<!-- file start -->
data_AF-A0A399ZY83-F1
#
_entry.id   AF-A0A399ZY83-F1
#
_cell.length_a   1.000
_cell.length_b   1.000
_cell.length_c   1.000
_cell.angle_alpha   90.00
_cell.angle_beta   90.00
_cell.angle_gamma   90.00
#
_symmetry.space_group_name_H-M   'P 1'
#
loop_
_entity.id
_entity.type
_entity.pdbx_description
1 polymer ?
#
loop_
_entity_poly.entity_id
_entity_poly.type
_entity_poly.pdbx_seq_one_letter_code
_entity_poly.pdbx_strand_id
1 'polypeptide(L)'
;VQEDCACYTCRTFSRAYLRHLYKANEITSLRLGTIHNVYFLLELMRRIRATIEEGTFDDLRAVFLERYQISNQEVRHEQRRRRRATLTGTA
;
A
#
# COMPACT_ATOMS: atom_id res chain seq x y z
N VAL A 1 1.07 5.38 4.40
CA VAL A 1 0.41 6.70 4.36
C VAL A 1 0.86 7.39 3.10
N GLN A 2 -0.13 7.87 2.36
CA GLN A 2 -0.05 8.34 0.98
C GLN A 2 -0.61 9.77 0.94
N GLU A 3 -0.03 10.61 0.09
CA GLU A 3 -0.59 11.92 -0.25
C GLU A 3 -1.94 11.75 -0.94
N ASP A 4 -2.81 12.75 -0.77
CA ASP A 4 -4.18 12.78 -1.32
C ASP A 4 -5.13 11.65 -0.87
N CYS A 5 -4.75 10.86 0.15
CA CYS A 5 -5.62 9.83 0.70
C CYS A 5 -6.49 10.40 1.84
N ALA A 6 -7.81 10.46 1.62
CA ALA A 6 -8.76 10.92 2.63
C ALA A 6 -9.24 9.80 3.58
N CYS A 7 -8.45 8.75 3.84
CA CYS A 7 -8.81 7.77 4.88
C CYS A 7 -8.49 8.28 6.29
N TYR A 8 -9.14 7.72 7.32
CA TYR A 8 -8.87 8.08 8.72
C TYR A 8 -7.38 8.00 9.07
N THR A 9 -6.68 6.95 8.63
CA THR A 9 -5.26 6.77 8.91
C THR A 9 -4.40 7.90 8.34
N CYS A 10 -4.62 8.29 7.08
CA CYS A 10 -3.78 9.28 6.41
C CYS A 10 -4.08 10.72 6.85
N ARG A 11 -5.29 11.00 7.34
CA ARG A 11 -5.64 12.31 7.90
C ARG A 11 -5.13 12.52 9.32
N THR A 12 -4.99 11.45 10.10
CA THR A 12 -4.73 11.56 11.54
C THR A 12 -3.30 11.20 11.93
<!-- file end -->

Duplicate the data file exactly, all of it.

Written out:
data_AF-A0A399ZY83-F1
#
_entry.id   AF-A0A399ZY83-F1
#
_cell.length_a   1.000
_cell.length_b   1.000
_cell.length_c   1.000
_cell.angle_alpha   90.00
_cell.angle_beta   90.00
_cell.angle_gamma   90.00
#
_symmetry.space_group_name_H-M   'P 1'
#
loop_
_entity.id
_entity.type
_entity.pdbx_description
1 polymer ?
#
loop_
_entity_poly.entity_id
_entity_poly.type
_entity_poly.pdbx_seq_one_letter_code
_entity_poly.pdbx_strand_id
1 'polypeptide(L)'
;VQEDCACYTCRTFSRAYLRHLYKANEITSLRLGTIHNVYFLLELMRRIRATIEEGTFDDLRAVFLERYQISNQEVRHEQRRRRRATLTGTA
;
A
#
# COMPACT_ATOMS: atom_id res chain seq x y z
N VAL A 1 1.07 5.38 4.40
CA VAL A 1 0.41 6.70 4.36
C VAL A 1 0.86 7.39 3.10
N GLN A 2 -0.13 7.87 2.36
CA GLN A 2 -0.05 8.34 0.98
C GLN A 2 -0.61 9.77 0.94
N GLU A 3 -0.03 10.61 0.09
CA GLU A 3 -0.59 11.92 -0.25
C GLU A 3 -1.94 11.75 -0.94
N ASP A 4 -2.81 12.75 -0.77
CA ASP A 4 -4.18 12.78 -1.32
C ASP A 4 -5.13 11.65 -0.87
N CYS A 5 -4.75 10.86 0.15
CA CYS A 5 -5.62 9.83 0.70
C CYS A 5 -6.49 10.40 1.84
N ALA A 6 -7.81 10.46 1.62
CA ALA A 6 -8.76 10.92 2.63
C ALA A 6 -9.24 9.80 3.58
N CYS A 7 -8.45 8.75 3.84
CA CYS A 7 -8.81 7.77 4.88
C CYS A 7 -8.49 8.28 6.29
N TYR A 8 -9.14 7.72 7.32
CA TYR A 8 -8.87 8.08 8.72
C TYR A 8 -7.38 8.00 9.07
N THR A 9 -6.68 6.95 8.63
CA THR A 9 -5.26 6.77 8.91
C THR A 9 -4.40 7.90 8.34
N CYS A 10 -4.62 8.29 7.08
CA CYS A 10 -3.78 9.28 6.41
C CYS A 10 -4.08 10.72 6.85
N ARG A 11 -5.29 11.00 7.34
CA ARG A 11 -5.64 12.31 7.90
C ARG A 11 -5.13 12.52 9.32
N THR A 12 -4.99 11.45 10.10
CA THR A 12 -4.73 11.56 11.54
C THR A 12 -3.30 11.20 11.93